"The members of the church who had been dispersed went about preaching the word." — Acts 8:4
The Jewish people loved God's word. God called them to meditate on it day and night (Jos 1:8; Ps 1:2). They considered it more precious than thousands of gold and silver pieces (Ps 119:72).
However, Christians were even more devoted to God's word than the Jews. After Jesus spent the day of His resurrection teaching the Bible for about seven miles in the afternoon (Lk 24:27) and for several hours in the evening (Lk 24:45), the early Christians got the message that God's word was extremely important. From the moment the Church began at Pentecost, the members of the Church devoted themselves to learning, living, and teaching God's word (Acts 2:42). The apostles concentrated on the ministry of the word (Acts 6:4) to the point that they were repeatedly thrown in jail for their uncompromised and unstoppable proclamation of God's word (see Acts 5:42). Stephen proclaimed God's word so boldly and courageously that he became the first martyr (Acts 7:2ff). Philip preached the word even as he was escaping persecution (Acts 8:4-5). Moreover, the Spirit even told Philip to run up to a stranger from Ethiopia and teach God's word (Acts 8:29ff). The first believers ever called "Christians" were only given that name after a year of intensive Bible study (Acts 11:26). The members of the church at Beroea welcomed the word with great enthusiasm and studied God's word each day (Acts 17:11). The spirit of the early Church is well expressed by St. Jerome: "Ignorance of Scripture is ignorance of Christ."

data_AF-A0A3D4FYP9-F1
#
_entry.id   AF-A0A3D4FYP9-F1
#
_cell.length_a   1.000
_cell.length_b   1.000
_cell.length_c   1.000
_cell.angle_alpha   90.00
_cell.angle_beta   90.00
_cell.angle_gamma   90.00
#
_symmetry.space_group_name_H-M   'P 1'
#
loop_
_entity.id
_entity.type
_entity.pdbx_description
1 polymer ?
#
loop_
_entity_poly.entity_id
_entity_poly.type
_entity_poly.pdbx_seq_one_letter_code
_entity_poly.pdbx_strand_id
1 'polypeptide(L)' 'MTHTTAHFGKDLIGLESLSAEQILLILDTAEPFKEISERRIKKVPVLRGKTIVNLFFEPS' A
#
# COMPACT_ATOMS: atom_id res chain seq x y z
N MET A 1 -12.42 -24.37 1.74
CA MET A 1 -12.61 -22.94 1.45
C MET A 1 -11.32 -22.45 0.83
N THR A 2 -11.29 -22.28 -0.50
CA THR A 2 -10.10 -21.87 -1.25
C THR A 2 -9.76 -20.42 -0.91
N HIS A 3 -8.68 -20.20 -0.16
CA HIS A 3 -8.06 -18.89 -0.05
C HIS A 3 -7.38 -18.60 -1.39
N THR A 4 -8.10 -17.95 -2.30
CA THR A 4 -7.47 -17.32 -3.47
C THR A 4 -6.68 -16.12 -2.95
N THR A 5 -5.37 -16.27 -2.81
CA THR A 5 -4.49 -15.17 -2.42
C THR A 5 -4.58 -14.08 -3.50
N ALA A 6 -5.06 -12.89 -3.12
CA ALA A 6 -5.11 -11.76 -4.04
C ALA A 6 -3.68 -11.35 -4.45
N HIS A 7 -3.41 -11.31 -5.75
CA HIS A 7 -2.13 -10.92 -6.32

Prayer: Father, may our hearts burn as the risen Jesus interprets the Scriptures for us this Easter season (see Lk 24:32).
Promise: "No one who comes will I ever reject, because it is not to do My own will that I have come down from heaven, but to do the will of Him Who sent Me." —Jn 6:37-38
Praise: Fidelis is said to have continuously preached the word of God.
Nihil obstat: Reverend Edward J. Gratsch, October 10, 1995
Imprimatur: †Most Reverend Carl K. Moeddel, Vicar General and Auxiliary Bishop of the Archdiocese of Cincinnati, October 13, 1995
The Nihil obstat and Imprimatur are a declaration
that a book or pamphlet is considered to be free from doctrinal or moral error.
It is not implied that those who have granted the Nihil obstat and Imprimatur
agree with the contents, opinions, or statements expressed.